I went to ponder his words and actions and after a time I soon forgot the question. Training consumed my life. It was a daily mental and physical spectacle. Every waking moment held a lesson for me. Lessons of agility. Endurance. Patience. Stamina. All under the watchful eye of my master and all taught with the tutelage of pain. Summers later, as I neared the end of my training, my sixteenth summer, the same questions reared their head and settled foremost in my mind.
One day after our evening meal, I steeled myself to ask again. I prepared my words carefully and listened so as not to miss any nuances within my master’s words.
I asked, "Honorable and august teacher, I still have questions."
"I will answer them should they prove worthy."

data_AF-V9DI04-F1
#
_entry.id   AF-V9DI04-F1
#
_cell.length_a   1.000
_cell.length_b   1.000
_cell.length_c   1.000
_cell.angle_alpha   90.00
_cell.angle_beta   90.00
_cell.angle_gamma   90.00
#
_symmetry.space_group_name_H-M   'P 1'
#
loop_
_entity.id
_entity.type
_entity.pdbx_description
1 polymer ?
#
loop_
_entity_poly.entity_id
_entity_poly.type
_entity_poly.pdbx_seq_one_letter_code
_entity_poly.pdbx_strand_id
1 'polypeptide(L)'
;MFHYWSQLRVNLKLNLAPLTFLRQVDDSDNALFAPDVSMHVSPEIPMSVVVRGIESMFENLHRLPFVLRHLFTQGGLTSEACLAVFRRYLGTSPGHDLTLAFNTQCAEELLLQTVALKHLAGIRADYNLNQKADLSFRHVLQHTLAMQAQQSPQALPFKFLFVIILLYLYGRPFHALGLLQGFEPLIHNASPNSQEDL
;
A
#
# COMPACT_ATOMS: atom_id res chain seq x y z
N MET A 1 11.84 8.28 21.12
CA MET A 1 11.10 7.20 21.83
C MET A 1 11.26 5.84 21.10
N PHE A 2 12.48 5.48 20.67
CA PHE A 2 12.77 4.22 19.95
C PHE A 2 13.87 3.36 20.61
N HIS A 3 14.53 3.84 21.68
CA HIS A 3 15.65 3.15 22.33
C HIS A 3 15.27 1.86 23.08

"Are you my father?"
I expected repercussions for this wording. Instead, he placed his hand on my shoulder and replied, "No. Although you would be a welcome son."
His response pleased me so I pressed farther, "Does my father still live?"
My master stiffened at this question and said, "That matters little, my bird. Your duty to him, the honor you bring his name, would be a comfort to him alive or dead."
"And--?" I was seeking more. His answers did not deter my curiosity.
"I have said enough. Your ancestors are an old and illustrious clan; you honor them as they do you." My greatest efforts could not pry more information out of him.
More seasons passed, and many attacks came upon us. As an enemy of the warlord, we were often the focus of reprisals. A day before my master fell, we sat in meditation on the front patio of our sanctuary.
"Listen, Little Bird, to the rain," he began, but stopped short and stiffened. My sensei tensed, and whispered to me in a battle language that only we share, "Rainfall on cloth."